A New Age Of Ironman Bike Training

There’s little doubt that a new age of Ironman bike training is upon us

The days of being able to find a seldom traveled paved road for Ironman bike training are becoming a thing of the past.

It seems that every season we hear of pros who are suffering catastrophic injuries after having a run in with a motor vehicle. Unfortunately, some of these accidents are career ending, and at times, life ending.

It’s not just the pros who suffer this fate. Age-triathletes and often just groups from bike clubs out for a weekend ride have suffered the same fate.

We live in an impatient world. Motorists are so focused on getting from point A to point B that they have no tolerance for anyone on a bike who impedes their progress. Motorist and cyclist confrontations are taking place all over the world at an ever-increasing rate.


Of course biking at home often defeats the purpose for Sunday riders who want to enjoy the sunshine and fresh air.

It’s a different story however for those solitary triathletes spending hours in the saddle training for the next triathlon.

Just how do you get in the training required for surviving the 112-mile distance of the Ironman bike if the highways in the area where you live are not very bike friendly?

Is it possible to do most of your bike training for an Ironman in your basement or living room?

Of course it is.


At the end of my Ironman career I competed in the 2003 and 2004 Ironman Couer d’Alene races. For the first race I did pretty much all of my bike training out on a highway outside of the city.

It was also how I had trained for the previous nine Ironman races I finished. I had to drive about 30 minutes each way to find a road less traveled by vehicular traffic.

The next year I wondered what would happen if I did the majority of my bike training on my wind-trainer parked in front of the T.V. set? As an experiment, I decided to give it a try.

I even had a two-movie work out. I would watch a couple of recorded movies and when they were over about four hours later, my ride was done. I didn’t just watch T.V. I also did interval training, and simulated hill climbing by increasing the resistance and standing on the pedals.

indoor bicycle training

One of the early wind-trainers.

In a nutshell, I felt pretty much the same in both races and I don’t think it made a bit of difference training inside as opposed to outside.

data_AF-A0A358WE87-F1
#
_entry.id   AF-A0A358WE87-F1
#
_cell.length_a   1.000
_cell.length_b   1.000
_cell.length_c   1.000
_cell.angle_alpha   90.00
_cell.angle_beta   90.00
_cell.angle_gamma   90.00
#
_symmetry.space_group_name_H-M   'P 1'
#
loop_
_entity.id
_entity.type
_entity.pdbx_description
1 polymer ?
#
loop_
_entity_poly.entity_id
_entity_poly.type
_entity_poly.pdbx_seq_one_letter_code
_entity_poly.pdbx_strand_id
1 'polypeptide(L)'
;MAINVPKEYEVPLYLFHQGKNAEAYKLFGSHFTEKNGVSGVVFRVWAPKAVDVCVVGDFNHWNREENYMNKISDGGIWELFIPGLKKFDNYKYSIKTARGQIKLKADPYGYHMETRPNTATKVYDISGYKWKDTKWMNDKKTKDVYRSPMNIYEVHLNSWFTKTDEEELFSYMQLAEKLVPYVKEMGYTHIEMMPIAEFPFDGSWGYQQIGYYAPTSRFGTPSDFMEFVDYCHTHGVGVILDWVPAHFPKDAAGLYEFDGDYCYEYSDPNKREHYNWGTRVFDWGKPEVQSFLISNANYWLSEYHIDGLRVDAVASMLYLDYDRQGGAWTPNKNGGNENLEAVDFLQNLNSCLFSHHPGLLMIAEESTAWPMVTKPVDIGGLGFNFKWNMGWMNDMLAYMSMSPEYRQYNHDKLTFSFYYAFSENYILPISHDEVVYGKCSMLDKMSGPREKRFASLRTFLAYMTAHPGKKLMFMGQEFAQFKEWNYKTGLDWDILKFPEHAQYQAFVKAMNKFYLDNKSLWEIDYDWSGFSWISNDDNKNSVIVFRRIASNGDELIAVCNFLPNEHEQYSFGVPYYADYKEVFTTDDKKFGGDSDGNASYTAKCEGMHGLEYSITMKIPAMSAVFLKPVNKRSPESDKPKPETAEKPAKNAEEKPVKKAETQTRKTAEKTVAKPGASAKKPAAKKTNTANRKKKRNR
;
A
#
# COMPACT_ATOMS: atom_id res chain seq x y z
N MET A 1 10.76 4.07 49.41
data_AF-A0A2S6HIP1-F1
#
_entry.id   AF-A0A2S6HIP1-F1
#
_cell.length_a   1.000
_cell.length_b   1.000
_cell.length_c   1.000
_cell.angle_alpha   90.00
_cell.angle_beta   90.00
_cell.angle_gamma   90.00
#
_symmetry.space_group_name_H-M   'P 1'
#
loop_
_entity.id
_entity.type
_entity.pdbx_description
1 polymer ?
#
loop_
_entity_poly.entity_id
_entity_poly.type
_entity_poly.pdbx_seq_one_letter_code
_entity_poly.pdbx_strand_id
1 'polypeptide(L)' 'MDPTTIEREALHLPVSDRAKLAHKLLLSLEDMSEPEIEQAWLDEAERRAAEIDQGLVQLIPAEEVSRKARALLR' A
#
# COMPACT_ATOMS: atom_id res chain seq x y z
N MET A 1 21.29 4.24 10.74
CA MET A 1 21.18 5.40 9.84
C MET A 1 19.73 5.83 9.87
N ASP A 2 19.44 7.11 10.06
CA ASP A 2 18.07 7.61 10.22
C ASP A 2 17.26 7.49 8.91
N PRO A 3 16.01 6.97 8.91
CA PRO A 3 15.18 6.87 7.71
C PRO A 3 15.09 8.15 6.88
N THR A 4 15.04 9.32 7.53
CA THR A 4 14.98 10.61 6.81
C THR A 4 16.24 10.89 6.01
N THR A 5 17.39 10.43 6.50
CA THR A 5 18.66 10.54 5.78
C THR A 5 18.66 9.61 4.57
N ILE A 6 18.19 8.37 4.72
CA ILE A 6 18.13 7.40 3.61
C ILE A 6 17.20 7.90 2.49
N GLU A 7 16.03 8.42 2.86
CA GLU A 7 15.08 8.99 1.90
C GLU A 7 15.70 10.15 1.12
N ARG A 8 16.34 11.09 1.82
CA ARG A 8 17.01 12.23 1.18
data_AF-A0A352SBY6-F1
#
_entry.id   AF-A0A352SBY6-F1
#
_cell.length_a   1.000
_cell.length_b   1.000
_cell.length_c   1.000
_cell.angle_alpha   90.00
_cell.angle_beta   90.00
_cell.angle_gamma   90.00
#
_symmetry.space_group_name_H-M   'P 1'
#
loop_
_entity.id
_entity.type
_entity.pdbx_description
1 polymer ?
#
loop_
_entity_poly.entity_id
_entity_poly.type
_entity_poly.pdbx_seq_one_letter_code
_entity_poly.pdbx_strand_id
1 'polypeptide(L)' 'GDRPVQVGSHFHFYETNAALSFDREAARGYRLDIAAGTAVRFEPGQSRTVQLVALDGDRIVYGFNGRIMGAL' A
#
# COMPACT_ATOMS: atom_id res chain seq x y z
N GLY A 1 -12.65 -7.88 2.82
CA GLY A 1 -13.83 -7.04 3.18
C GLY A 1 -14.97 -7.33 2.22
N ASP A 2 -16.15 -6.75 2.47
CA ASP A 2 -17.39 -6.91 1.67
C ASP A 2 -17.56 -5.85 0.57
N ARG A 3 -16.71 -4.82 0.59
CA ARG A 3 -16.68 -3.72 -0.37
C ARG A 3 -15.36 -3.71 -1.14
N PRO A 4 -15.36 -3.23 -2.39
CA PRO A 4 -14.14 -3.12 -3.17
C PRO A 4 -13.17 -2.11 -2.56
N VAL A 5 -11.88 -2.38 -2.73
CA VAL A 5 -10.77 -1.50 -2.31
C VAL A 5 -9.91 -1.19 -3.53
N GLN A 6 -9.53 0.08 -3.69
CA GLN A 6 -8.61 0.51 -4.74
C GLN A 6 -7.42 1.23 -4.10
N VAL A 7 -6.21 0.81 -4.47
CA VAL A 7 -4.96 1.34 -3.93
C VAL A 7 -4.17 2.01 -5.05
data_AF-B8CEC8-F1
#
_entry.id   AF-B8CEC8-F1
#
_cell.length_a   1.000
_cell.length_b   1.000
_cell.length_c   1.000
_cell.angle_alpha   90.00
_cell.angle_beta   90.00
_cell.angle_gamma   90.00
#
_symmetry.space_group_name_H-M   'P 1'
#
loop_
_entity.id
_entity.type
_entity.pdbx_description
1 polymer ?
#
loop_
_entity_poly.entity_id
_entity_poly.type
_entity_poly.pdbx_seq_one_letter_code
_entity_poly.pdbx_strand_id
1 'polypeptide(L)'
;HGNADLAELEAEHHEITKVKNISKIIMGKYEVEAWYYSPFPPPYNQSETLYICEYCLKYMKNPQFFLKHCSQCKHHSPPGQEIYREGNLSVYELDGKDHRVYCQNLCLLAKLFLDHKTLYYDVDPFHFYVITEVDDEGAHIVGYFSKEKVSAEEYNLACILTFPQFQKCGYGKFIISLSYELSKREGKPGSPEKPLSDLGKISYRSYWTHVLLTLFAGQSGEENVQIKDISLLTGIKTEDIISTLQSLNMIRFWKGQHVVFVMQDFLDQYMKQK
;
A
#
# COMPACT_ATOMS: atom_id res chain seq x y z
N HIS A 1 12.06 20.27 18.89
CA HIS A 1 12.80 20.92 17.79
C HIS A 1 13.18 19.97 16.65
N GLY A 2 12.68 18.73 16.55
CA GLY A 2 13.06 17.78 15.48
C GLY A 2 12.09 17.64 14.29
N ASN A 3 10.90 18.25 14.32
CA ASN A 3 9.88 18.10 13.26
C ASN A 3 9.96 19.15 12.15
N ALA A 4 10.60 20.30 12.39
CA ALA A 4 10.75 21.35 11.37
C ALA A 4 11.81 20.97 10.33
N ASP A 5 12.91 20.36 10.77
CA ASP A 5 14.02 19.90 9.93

Lets face it. Your cardiovascular system doesn’t know the difference if you’re on a wind-trainer or on the road. You’re still working the same muscles either way and your heart has to pump just as hard to keep the blood flowing to those muscles.

Your lungs still get a workout when you do intervals on the carpet highway. Your leg muscles still burn when you stand up on the pedals and push big gears on your wind-trainer.


The cycling purists will say that biking inside is just not the same biking indoors. What about the wind, cornering, and balance?

They’re right.

That’s why during the last month of bike training before the big race I hit the dusty highway to ensure my cornering, hill climbing, balance, and biking in the aero position into the wind were brushed up.

That’s why I did 90% inside and 10% outside. You can break it down any way you’re comfortable with. It could be 80%-20% or 75%-25% inside and out.


There’s no doubting there are numerous advantages to biking at home.

There are no potholes, dogs nipping at your heels, moronic motorists, or diving hawks.

Yes, it does really happen. There was even a race out in these parts called the Mad Hawk race.

You don’t have to worry about sudden rainstorms, gale-force winds, hail, or sunburn. Flat tire? No problem.

If you need a nature break, the bathrooms just down the hall. Need something to eat or drink. It’s not all that far to the kitchen.

a new age of ironman bike training

All set for a spin class

One of the biggest benefits I found was the amount of time I saved. I no longer had to load my bike on a rack and spend an hour driving too and from.

Biking inside is perfect for someone short on training time. You can bike before work, after work, or at any time day or night.

Biking indoors is excellent for transition training. My favorite training scenario was a 60 minute bike followed by a one hour run. You’re off your bike, into your running shoes. and out the door in a flash. It’s ideal training for triathlon transitions for the bike to run.


Wind-trainers have come a long way over the years.

We’ve gone from the basic mag-turbo wind-trainers to trainers that can have you biking your favorite Ironman bike course.

There are bike spin classes in pretty much every major city.

But perhaps the biggest thing to ever appear on the indoor bike training market is the Onepeloton interactive system.